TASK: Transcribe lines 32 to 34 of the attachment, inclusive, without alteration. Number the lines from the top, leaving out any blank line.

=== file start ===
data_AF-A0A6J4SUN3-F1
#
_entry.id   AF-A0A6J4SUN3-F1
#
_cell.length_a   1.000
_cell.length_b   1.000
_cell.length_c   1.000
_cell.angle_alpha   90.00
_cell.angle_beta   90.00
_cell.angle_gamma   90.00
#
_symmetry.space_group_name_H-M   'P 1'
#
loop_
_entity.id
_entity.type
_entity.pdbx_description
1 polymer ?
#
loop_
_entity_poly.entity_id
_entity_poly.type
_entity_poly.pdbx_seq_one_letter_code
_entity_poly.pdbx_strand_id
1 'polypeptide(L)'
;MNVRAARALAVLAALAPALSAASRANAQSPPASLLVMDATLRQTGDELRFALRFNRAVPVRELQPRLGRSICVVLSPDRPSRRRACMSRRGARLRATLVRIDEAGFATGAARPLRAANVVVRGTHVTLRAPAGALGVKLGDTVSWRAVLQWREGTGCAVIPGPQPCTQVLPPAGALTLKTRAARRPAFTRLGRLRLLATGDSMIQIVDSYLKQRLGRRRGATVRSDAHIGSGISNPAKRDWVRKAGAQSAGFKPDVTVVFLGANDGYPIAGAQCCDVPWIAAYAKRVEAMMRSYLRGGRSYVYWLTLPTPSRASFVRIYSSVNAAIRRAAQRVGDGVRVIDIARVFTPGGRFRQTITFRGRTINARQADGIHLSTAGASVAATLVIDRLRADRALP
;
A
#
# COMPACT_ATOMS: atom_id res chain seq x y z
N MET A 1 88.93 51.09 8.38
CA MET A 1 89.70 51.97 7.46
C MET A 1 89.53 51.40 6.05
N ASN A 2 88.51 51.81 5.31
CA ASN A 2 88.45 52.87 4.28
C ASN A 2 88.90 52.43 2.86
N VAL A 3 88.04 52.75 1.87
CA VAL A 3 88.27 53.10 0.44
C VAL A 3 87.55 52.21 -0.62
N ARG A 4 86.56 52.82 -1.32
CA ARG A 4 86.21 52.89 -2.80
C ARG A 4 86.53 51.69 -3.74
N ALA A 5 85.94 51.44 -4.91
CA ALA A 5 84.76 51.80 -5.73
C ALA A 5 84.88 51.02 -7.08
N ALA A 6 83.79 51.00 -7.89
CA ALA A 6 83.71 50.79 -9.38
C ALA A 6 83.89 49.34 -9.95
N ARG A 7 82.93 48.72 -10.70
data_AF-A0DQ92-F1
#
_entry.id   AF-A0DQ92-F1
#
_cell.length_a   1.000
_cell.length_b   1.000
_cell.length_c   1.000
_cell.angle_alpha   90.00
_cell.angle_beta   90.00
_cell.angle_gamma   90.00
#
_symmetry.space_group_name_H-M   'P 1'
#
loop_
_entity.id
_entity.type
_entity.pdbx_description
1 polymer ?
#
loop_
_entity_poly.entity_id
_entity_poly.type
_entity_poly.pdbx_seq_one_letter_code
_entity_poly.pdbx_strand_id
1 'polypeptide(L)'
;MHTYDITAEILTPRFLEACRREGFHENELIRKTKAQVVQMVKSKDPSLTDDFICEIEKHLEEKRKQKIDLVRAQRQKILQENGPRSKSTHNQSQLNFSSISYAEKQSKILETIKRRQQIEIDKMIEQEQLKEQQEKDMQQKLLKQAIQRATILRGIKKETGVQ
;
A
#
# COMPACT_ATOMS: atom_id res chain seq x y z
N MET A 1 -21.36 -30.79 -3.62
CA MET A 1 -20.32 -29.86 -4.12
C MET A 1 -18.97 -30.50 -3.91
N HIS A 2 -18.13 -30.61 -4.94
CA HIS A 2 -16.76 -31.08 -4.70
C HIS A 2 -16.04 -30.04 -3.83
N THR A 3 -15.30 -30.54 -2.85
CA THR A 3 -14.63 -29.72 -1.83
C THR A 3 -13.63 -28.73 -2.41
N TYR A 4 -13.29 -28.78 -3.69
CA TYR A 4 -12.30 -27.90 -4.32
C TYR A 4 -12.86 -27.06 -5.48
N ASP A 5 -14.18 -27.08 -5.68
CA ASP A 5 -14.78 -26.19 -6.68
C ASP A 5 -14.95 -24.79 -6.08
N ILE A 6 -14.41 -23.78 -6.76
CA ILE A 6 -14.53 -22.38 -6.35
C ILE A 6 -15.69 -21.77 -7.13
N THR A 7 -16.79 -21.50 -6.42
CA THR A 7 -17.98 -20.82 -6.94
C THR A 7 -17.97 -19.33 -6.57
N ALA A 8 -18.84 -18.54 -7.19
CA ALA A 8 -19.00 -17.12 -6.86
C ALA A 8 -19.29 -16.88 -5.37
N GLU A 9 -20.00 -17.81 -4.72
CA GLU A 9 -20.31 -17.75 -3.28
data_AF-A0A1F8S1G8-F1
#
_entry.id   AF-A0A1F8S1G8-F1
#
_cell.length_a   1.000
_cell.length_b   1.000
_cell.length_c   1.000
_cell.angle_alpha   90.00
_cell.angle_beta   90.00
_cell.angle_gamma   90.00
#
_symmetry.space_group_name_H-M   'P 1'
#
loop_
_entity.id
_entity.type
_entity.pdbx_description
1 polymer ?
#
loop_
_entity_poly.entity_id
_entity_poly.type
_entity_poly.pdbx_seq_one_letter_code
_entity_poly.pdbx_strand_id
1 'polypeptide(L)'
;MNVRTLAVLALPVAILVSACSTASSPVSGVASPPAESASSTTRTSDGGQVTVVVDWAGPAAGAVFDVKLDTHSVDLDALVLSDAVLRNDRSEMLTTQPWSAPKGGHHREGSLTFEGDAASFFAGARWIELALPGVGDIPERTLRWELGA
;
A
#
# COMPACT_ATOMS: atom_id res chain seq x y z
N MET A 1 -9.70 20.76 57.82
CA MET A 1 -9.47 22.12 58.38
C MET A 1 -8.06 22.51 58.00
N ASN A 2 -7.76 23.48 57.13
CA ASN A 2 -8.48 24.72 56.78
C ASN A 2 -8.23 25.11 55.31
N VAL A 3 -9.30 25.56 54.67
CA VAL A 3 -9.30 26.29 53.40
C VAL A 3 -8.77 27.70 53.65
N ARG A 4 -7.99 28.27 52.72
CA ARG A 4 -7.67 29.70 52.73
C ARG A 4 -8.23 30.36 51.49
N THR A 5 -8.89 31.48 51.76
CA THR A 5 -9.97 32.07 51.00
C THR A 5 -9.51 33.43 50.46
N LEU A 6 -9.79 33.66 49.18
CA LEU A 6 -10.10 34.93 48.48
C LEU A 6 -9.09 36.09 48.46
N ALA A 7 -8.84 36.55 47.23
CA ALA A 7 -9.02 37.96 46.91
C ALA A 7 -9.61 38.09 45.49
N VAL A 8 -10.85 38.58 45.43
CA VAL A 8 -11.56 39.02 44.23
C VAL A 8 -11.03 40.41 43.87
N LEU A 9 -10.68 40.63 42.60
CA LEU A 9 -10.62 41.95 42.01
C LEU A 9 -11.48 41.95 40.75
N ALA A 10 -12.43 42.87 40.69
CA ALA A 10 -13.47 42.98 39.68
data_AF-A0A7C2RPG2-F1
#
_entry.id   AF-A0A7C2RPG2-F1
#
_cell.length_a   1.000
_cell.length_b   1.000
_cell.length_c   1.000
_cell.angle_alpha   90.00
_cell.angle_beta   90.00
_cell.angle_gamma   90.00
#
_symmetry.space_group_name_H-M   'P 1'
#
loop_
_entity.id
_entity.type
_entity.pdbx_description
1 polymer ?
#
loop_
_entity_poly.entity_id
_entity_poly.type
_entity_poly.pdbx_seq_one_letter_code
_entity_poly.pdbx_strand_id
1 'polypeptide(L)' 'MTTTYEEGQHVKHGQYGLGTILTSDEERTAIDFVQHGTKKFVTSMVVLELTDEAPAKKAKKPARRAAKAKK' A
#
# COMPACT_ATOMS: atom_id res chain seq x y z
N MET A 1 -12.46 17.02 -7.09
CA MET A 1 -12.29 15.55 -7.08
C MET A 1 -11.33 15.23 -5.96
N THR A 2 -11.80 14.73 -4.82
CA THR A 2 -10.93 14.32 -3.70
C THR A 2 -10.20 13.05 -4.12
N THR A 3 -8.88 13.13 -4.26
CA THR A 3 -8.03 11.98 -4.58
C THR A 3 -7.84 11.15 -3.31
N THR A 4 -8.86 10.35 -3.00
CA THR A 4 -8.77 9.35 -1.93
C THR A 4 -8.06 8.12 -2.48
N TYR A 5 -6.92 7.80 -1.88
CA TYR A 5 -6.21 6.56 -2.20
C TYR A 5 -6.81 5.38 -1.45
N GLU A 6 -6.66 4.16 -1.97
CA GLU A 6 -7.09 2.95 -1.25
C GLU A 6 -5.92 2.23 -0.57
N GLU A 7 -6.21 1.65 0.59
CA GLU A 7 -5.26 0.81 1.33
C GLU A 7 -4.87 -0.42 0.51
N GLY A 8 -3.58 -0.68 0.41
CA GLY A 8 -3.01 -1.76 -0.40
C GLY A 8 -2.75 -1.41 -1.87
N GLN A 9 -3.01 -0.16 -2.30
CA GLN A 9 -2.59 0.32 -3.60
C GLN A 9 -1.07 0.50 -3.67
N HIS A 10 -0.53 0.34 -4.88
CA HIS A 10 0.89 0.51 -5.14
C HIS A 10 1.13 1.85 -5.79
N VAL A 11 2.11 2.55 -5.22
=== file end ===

CA MET A 1 89.70 51.97 7.46
C MET A 1 89.53 51.40 6.05
N ASN A 2 88.51 51.81 5.31